Neil Manning

Date:

*Condor Cycles**London*

Established in 1948 by Montgomery Young, Condor Cycles is now a global brand. Building in excess of 2,000 bikes a year, about 250 of those are hand built to bespoke specifications. Neil Manning, Condor’s production manager, is responsible for sourcing materials and designing geometry and in addition to overseeing the entire bike building process, he also builds many of the custom frames. At 16, Neil became a student of south-London frame builder Tommy Quick, where he first learned to spot-weld on steel shoe racks. He next learned how to measure up customers for frames and then eventually graduated from repairs to building full frames in the workshop.

“From the first bike I had when I was two or three years old, I can only ever remember loving my bike. When I went to school, I used to walk past Ron Cooper’s. Ron is a frame builder from South London and I think he still builds frames today. We would always look in, looking at this guy filing frames in the back of the workshop. He was always too busy to let us come in. We didn’t know at the time that he was making handmade race frames for a lot of good road racers in south London.

When I was 16, I wanted to work in Tommy Quick’s, my local bike shop, because he ran the shop as well as a frame-building workshop. “If you really want a job, I can give you one,” Tommy said. “But you won’t be working with bikes. You’ll start by working in our steel workshop. which was behind the store. He had me making steel shoe racks and various other things and it involved a lot of bending, cutting and spot welding, all the horrible stuff and nothing to do with bikes. The highlight of the week was Saturday, when we would take orders and do the measuring. That’s the bit I enjoyed most.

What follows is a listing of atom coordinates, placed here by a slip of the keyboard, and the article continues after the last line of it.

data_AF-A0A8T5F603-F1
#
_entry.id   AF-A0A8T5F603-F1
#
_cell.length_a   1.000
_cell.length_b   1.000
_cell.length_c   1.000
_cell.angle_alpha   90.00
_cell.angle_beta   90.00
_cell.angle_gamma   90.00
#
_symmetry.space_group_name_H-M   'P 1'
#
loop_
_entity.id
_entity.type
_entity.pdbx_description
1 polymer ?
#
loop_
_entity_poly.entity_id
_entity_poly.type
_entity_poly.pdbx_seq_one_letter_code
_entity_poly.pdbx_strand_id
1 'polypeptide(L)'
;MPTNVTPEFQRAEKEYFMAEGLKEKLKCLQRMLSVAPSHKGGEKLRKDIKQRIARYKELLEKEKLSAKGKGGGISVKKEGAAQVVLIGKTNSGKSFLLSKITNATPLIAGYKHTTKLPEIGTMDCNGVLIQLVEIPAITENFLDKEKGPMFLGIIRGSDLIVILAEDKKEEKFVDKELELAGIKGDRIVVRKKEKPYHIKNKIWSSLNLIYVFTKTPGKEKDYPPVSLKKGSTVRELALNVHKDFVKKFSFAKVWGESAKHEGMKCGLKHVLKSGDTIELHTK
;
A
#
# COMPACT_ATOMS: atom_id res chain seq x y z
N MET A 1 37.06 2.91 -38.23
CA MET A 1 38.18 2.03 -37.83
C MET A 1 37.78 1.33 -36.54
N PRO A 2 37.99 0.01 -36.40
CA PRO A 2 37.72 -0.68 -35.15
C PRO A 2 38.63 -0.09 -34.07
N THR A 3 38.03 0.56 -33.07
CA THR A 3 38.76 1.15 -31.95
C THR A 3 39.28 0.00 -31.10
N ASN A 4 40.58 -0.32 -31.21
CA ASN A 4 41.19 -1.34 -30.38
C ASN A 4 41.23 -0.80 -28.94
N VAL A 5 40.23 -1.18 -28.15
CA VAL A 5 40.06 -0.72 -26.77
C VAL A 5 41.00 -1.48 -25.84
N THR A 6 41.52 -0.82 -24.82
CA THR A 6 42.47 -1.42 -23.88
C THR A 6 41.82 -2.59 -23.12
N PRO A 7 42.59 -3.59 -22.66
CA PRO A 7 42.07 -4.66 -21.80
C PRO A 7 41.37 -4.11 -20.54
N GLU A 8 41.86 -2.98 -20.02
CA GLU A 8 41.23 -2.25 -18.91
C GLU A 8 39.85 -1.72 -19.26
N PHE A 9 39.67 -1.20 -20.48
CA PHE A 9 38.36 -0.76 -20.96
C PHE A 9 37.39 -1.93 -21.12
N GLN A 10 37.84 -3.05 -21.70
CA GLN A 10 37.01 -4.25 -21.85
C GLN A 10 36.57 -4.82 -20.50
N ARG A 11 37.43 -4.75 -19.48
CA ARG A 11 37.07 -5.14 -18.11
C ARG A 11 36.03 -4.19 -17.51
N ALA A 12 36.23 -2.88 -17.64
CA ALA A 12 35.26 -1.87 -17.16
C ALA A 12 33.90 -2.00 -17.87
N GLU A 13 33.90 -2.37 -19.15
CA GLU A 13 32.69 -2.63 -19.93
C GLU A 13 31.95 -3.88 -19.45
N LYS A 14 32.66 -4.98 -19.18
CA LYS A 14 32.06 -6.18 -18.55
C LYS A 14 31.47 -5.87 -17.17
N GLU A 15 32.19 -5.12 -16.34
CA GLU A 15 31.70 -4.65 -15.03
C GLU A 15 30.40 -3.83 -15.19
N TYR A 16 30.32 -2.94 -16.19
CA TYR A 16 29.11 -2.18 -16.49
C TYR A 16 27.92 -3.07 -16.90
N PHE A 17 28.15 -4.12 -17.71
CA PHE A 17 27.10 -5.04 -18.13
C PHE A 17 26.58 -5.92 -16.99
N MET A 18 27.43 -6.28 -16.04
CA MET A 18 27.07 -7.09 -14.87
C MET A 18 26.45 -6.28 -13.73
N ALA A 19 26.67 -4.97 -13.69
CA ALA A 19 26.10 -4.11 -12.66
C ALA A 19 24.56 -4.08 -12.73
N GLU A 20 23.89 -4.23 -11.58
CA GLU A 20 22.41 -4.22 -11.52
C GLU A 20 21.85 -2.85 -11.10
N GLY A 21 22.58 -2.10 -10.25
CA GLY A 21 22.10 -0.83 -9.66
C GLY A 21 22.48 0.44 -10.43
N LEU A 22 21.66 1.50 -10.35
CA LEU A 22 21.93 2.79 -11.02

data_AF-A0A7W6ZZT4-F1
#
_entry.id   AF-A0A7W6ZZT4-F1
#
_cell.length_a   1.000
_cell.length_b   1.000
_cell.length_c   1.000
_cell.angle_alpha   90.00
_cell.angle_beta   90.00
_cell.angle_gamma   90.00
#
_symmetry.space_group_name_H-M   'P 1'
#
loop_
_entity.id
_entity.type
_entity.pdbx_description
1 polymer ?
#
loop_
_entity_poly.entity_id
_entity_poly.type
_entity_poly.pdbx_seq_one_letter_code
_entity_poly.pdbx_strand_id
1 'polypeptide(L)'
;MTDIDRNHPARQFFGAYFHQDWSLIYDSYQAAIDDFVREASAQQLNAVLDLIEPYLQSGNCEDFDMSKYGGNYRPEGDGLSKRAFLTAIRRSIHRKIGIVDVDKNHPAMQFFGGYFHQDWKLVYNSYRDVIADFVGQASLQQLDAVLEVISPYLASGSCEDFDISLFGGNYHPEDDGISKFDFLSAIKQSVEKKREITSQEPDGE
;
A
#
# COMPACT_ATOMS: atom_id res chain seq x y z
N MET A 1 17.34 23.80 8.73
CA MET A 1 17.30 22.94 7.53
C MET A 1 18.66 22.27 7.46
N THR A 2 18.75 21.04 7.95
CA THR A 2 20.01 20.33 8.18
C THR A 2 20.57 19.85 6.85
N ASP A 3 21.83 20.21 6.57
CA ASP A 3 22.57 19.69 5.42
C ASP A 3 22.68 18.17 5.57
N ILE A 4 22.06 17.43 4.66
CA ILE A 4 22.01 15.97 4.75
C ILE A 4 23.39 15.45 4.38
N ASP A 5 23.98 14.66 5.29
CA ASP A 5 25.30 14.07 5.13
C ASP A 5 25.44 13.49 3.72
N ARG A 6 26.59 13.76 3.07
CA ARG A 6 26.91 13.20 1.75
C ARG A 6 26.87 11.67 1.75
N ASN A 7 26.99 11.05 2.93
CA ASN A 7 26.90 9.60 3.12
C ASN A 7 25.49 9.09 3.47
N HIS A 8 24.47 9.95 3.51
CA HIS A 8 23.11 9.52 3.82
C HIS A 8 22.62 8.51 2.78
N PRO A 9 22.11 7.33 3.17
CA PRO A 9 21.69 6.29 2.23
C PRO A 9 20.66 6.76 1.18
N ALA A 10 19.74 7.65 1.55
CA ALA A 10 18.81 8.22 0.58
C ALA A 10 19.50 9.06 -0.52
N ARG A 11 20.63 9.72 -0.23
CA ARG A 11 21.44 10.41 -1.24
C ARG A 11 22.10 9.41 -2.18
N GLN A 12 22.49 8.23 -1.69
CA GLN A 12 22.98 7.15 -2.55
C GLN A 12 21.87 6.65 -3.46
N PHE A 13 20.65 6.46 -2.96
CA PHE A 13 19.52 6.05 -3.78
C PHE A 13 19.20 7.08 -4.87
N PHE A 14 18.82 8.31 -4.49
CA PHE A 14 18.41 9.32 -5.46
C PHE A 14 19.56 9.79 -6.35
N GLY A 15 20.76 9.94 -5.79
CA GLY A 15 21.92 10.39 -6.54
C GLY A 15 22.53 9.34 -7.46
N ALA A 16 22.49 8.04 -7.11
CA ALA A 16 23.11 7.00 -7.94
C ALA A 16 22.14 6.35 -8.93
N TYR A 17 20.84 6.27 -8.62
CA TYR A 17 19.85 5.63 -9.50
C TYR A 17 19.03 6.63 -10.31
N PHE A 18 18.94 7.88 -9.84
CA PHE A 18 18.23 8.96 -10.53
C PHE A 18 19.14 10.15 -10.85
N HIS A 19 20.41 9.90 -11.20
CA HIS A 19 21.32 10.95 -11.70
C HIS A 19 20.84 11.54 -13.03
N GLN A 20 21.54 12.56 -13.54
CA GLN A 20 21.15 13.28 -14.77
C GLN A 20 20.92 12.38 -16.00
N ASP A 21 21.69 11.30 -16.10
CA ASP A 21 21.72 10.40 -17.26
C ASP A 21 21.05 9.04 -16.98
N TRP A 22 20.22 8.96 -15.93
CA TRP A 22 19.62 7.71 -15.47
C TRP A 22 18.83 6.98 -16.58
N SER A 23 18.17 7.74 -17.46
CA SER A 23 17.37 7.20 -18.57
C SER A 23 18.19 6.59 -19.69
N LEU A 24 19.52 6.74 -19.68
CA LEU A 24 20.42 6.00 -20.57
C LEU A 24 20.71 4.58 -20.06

After two or three years of working with steel and getting the feel of the materials, the tubes, rods and plates, Tommy’s second-in-command suddenly left and I was thrust into the workshop. I was shown how to file and finish the frames Tommy had built and that eventually led to changing drop-outs, fitting chain stays and braze-ons, building new top and downtubes for people that had damaged frames. Steel frames are always repairable.

Then, after a couple of years of doing that I began to build complete frames and soon Tommy and I were working together. This helped speed up production, between two and four frames a week, plus frame repairs for customers and the trade as well. In those days we relied on a bell in the shop if a customer came in; in those days we were always in the workshop.”

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